Galleries: Suffolk falls silent for war heroes

THOUSANDS of people stood in silence across Suffolk yesterday as the county remembered its fallen heroes.

THOUSANDS of people stood in silence across Suffolk yesterday as the county remembered its fallen heroes.

Remembrance Sunday events were held at a host of towns and villages, with thoughts turning to those who had died in conflict - and support was shown for those currently serving in Afghanistan and Iraq.

In Bury St Edmunds, the annual wreath-laying ceremony at the war memorial on Angel Hill attracted near record crowds to watch the spectacle of rousing marching bands and servicemen and women from across the area, as well as scores of cadets, descend on the famous square.

Airmen from nearby RAF Honington as well as representatives from the USAF bases at Mildenhall and Lakenheath were among the forces represented at the service of remembrance.

The two-minute silence at 11am was followed - with military timing - by a flypast of Apache helicopters from Wattisham Airfield, near Stowmarket. The flypast was followed by a parade and civic procession to St Mary's Church, where the service of remembrance was held.

Ron Day, president of the Bury branch of the Royal British Legion, said this year was all the more poignant because it marked the 90th anniversary of the end of the First World War as well as 90th anniversary of the formation of the RAF.

Most Read

He said he was delighted with the size of the crowd in Bury, which he estimated equalled last year's record numbers. Mr Day said the wars in Iraq and Afghanistan had given Remembrance Sunday greater potency: “They have brought home to everyone in the country the sacrifices that were and are still being made.”

Hundreds of people gathered in Ipswich in the shadow of the town's cenotaph in Christchurch Park to pay their respects.

A procession through the town's streets ended at the memorial, where war veterans stood side by side with serving soldiers and poppy wreaths were laid.

The service, led by the Royal British Legion, was attended members of 4 Army Air Corps, based at Wattisham Airfield, and local dignitaries including Ipswich mayor David Hale and MPs Chris Mole and Sir Michael Lord

In Woodbridge, soldiers from 23 Engineer Regiment (Air Assault), based at Rock Barracks outside the town, joined a parade and service. The regiment has just returned from a six-month tour of duty in Afghanistan.

They paraded from Theatre Street on to the Market Hill in front of a huge crowd of several hundred people.

Families lined the steps of the Shire Hall to get a better view of the proceedings at the town's memorial garden. Ninety members of the regiment took part in the outdoor service, with 30 marching alongside members of branches of the Royal British Legion.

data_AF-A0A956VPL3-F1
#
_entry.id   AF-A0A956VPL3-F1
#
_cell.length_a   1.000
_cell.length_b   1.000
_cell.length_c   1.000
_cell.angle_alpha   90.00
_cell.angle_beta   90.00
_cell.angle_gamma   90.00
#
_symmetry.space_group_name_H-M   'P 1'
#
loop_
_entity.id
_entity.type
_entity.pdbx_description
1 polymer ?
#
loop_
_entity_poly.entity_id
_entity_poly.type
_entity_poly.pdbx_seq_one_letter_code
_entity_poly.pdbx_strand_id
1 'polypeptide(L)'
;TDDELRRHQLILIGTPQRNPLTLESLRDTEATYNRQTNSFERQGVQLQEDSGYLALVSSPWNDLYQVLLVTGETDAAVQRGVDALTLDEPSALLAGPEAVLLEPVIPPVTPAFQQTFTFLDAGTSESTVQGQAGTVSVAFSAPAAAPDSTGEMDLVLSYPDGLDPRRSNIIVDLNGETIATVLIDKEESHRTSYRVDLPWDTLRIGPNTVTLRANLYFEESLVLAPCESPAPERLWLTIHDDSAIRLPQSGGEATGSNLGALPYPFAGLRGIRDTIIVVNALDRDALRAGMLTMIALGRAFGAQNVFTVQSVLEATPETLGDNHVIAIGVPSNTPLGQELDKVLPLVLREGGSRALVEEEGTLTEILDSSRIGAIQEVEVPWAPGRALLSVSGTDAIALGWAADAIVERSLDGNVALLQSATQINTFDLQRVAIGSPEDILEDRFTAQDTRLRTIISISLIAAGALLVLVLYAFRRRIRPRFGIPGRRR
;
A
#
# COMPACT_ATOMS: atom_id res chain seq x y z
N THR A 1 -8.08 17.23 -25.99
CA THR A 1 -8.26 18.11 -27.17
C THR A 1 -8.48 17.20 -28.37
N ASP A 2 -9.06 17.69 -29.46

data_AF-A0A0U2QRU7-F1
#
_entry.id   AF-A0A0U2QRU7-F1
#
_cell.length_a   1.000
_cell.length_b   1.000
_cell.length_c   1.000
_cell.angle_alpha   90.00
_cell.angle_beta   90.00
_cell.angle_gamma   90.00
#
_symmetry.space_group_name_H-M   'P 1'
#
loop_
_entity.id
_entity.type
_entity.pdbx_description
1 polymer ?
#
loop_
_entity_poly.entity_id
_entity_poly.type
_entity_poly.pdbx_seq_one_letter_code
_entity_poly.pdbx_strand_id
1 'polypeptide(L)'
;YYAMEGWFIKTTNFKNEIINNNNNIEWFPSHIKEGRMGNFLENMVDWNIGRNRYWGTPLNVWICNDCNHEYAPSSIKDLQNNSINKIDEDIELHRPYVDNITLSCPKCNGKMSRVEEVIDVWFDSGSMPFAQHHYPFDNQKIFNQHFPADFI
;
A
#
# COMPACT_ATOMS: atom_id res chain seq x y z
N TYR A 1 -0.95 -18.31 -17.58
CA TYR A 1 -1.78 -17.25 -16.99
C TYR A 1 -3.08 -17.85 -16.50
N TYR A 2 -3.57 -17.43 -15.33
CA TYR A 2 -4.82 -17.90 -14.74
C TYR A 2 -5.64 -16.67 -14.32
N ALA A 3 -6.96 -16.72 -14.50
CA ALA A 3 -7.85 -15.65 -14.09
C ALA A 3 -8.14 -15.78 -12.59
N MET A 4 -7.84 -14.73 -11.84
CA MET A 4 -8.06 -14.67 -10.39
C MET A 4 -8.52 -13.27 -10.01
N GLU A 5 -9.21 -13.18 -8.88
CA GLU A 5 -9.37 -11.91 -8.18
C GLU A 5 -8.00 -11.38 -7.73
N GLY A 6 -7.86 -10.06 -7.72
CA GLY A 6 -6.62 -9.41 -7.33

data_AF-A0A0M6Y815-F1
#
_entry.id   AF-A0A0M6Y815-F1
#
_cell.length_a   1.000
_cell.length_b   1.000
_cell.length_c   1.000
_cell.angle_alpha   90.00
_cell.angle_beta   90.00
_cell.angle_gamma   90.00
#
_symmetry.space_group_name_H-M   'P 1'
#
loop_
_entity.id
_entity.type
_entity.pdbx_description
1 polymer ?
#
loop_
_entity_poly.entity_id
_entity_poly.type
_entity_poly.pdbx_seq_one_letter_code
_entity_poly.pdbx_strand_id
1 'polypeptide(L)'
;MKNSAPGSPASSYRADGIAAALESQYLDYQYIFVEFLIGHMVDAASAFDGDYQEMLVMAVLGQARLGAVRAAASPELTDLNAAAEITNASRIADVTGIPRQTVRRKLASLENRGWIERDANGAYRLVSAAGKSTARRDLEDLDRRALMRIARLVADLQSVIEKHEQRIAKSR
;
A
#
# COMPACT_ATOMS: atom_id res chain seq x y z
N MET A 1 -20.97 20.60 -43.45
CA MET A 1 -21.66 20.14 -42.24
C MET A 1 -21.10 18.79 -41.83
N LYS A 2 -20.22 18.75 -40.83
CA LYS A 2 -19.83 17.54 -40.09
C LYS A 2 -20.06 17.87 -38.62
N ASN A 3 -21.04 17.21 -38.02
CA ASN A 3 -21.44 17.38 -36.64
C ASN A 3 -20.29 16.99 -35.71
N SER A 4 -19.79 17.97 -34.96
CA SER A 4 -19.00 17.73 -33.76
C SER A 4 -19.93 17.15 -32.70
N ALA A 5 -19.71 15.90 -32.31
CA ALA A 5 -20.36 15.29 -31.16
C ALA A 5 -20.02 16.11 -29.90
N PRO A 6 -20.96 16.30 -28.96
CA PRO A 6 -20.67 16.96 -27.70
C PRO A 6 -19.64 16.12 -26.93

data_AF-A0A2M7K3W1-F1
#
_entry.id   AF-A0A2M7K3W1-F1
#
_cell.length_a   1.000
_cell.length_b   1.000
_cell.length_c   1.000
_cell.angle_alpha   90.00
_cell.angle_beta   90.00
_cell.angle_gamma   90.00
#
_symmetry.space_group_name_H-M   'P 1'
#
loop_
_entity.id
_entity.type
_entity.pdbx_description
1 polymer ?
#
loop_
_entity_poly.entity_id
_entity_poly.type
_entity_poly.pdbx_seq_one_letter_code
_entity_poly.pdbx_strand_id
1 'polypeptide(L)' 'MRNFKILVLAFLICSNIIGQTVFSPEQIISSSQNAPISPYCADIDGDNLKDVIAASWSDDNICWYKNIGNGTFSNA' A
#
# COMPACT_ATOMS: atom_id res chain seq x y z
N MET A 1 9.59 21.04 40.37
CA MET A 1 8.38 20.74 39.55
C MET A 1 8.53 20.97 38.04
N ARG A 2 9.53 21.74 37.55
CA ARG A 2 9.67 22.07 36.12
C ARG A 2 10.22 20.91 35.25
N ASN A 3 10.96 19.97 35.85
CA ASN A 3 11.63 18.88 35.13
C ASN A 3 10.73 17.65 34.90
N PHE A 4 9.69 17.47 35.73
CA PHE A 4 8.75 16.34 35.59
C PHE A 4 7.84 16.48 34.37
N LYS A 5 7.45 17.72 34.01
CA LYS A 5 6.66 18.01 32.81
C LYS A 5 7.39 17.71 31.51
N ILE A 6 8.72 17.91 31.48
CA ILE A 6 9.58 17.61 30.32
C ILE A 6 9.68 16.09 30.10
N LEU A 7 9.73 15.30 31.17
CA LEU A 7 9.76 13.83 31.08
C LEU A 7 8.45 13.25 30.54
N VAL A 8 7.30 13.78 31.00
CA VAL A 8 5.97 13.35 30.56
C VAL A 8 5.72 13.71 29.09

John Bell, a Woodbridge resident who is a member of the British Korean Veterans' Association, read out the names of the 54 people from the town who had died in the Second World War.

Hundreds of people also braved the elements at Felixstowe seafront, following a service at the United Reformed Church. The minister, William Glasse and town dignitaries walked from the church to the seafront preceded by standard bearers for the Act of Remembrance at the war memorial at 11am.

The regiment also sent representatives to services in Ufford, Melton, Hollesley, Bawdsey and Sutton.

About 400 people turned out for the remembrance parade in Mildenhall. The event included a wreath-laying ceremony at the newly restored war memorial, which now includes a number of names previously omitted from the engravings at the foot of the grey stone statue. A service at the town's St Mary's Church was led by the Rev Sue Leathley.

In Sudbury, a parade left Market Hill for a 2.30pm service at St Gregory's Church. In neighbouring Great Cornard, an earlier parade was followed by a service at St Andrew's Church. A book detailing the lives of those named on the village's war memorial, researched by resident Shirley Smith, was dedicated at the service.

At Aldeburgh wreath laying started before the playing of the Last Post and prayers by Nigel Hartley, vicar of Aldeburgh, and there was a fly past by 653 Squadron of 3 Regiment Army Air Corps.

Then members of the squadron led a procession, which included Aldeburgh mayor Jimmy Robinson and Suffolk Coastal MP John Gummer, into the church where names of fallen colleagues were read before the church service started.

In Stowmarket, mayor Anne Whybrow, spent a couple of hours in the Market Place on Saturday offering to shine shopper's shoes in return for a donation to charity, before joining the Remembrance Sunday events yesterday.